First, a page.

Characterisation, especially by Letters 459 The Chateau in the Heart of the Ardennes.
Poem found among Galton's papers. I do not know when the visit to the Chateau in the heart of the Ardennes came off, or who wrote the skit; if it was Galton, it was at his own expense. The visit may have been as late as 1879 or 1880, but probably much earlier.
They told me of a chateau in the heart of the Ardennes,
A pension kept charmingly by two young chatelaines;
They told me of some English people who had summered there, On next to nothing for the best and most abundant fare; They could not tell me where it was, or who the chatelaines, But they knew it was a chateau in the heart of the Ardennes.
The heart of the Ardennes is large, if it be somewhat cold, And chateaux are in plenty there, the homes of barons bold ; The ruins that were homes in ages past, that is to say, And not at all like pensions where English people stay; But all the information that they really could obtain Was this,-it was a chateau, in the heart of the Ardennes.
They both were very anxious to be able to make out
The way to reach the chateau they had heard so much about; 'Twould be so charming, after all the towns where they had been And after all the gay and noisy places they had seen, To go and live for nothing, far from all the haunts of men, At a veritable chateau in the heart of the Ardennes.
They left. No more they dejeuner'd at healthy Souveniere,
No more they meant to dejeuner at distant Geronstere;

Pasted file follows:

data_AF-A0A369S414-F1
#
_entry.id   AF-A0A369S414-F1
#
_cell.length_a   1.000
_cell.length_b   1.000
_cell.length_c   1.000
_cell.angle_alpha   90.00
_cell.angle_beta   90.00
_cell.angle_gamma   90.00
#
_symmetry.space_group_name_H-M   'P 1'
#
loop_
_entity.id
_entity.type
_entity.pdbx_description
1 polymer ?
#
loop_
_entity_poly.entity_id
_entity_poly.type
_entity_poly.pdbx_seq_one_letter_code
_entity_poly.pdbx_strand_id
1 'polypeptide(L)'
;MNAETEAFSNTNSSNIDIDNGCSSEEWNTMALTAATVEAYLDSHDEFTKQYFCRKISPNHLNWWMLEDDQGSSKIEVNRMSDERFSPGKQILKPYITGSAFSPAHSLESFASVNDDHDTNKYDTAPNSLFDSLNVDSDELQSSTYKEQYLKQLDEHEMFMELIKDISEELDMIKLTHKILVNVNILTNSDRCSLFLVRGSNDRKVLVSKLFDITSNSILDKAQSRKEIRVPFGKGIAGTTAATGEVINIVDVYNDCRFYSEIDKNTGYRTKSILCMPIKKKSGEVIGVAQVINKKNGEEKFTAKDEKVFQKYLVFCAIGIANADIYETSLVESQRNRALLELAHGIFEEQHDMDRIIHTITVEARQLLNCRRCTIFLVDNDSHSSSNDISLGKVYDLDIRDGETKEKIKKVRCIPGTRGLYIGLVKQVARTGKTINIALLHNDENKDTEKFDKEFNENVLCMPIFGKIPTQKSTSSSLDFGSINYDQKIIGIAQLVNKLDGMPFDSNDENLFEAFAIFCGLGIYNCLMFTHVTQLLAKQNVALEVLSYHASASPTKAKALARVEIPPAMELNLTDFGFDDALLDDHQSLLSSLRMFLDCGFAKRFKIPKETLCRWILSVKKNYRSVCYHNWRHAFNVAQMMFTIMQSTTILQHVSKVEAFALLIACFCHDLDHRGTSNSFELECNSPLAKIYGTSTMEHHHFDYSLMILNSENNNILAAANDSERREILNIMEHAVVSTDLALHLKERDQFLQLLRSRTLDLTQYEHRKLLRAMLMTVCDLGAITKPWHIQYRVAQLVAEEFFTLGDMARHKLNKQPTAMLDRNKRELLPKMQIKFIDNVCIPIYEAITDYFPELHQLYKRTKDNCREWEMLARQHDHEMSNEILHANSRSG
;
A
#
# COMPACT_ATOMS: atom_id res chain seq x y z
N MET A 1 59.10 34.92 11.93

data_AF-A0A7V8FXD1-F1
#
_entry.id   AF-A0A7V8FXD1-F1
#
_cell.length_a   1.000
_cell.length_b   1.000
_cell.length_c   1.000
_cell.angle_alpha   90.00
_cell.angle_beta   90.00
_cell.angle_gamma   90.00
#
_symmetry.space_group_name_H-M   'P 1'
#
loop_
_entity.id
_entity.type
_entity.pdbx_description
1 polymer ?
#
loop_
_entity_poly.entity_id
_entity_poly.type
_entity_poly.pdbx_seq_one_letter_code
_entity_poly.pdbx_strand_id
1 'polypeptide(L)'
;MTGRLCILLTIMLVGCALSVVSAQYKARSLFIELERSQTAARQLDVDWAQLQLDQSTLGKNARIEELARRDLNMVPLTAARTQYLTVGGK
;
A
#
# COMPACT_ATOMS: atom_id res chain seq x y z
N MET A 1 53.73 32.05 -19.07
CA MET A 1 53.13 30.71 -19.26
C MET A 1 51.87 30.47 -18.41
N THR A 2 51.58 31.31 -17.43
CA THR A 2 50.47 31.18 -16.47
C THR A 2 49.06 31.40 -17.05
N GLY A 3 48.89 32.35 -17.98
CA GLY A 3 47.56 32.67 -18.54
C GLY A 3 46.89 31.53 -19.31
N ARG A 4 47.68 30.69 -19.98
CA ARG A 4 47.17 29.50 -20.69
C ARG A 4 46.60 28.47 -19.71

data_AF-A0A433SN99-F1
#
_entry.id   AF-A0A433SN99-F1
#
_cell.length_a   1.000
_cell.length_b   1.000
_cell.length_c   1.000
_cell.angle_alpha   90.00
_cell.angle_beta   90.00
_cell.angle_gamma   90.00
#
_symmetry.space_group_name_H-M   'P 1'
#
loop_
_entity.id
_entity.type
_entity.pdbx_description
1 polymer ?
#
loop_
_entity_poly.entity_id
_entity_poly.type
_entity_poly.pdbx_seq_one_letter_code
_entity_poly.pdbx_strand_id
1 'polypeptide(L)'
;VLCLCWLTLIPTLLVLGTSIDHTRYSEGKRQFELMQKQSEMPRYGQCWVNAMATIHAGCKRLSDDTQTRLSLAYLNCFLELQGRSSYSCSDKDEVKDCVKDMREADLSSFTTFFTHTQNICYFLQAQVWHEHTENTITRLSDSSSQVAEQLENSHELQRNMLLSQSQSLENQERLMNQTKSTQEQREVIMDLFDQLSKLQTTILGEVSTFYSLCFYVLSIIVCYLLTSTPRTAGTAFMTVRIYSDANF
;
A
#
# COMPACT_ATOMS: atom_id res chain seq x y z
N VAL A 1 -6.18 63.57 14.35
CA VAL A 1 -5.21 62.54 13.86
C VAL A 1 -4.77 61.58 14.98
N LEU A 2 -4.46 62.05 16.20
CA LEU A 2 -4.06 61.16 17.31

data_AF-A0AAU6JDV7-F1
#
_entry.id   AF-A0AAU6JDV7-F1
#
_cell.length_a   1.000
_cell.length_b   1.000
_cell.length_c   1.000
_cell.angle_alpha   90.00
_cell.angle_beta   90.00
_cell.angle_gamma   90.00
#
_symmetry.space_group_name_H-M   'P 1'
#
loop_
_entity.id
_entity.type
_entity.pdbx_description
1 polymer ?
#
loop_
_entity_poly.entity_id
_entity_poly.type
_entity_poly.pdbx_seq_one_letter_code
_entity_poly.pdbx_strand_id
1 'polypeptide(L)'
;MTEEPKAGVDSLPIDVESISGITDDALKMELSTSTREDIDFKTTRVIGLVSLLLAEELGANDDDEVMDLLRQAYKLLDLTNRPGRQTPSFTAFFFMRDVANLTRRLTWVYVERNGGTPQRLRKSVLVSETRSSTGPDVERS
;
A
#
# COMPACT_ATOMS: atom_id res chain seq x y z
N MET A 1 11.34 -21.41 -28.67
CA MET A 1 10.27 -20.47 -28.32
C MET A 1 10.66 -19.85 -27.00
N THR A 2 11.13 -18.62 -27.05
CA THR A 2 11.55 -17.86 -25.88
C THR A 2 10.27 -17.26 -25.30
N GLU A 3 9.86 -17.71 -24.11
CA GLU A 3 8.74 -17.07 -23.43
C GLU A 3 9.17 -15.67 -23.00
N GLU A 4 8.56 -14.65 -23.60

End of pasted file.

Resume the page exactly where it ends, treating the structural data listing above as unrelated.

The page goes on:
No more abused the Ninth for all the tuneless things they played, No more encored "La ronde qui passe" in Leopold's arcade. They left; and I was lonely for a day or two, and then I went to find the chateau in the heart of the Ardennes.
There met me, on the way to join the luggage at the Bare, About the most experienced of travellers that are,
The Art himself of Travel; and, though not born yesterday, I listened to the guileful tale he told me by the way; For he told me with descriptive tongue, as clever as his pen,
Of what sounded like the chateau in the heart of the Ardennes.
He told me of the demoiselles who kept a charming place;
Of English people, how they praised its cleanliness and space; He told me of a brother, too, who helped his sisters dear, And how for almost nothing they gave most delightful cheer. It was not called a chateau by his friend, he said, but then It really was a pension in the heart of the Ardennes.
A Belgian lady staying in the Britannique hotel
Had told him. That was where and how my ladies learned as well. It clearly was the very place. I took the train at one; Then drove across the bitter moors, and when the day was done We pulled up in a dirty town amid the drenching rain, And o'er the door was painted H.-not chateau-des Ardennes.
A hugger-mugger maid appears, with pail and brush in hand, And makes a sound or two which she perhaps may understand; And then there comes another, with a wart upon her nose, And she must be, as I at length unwillingly suppose, At least the mother of the pair of blooming chatelaines Who kept the charming chateau in the heart of the Ardennes.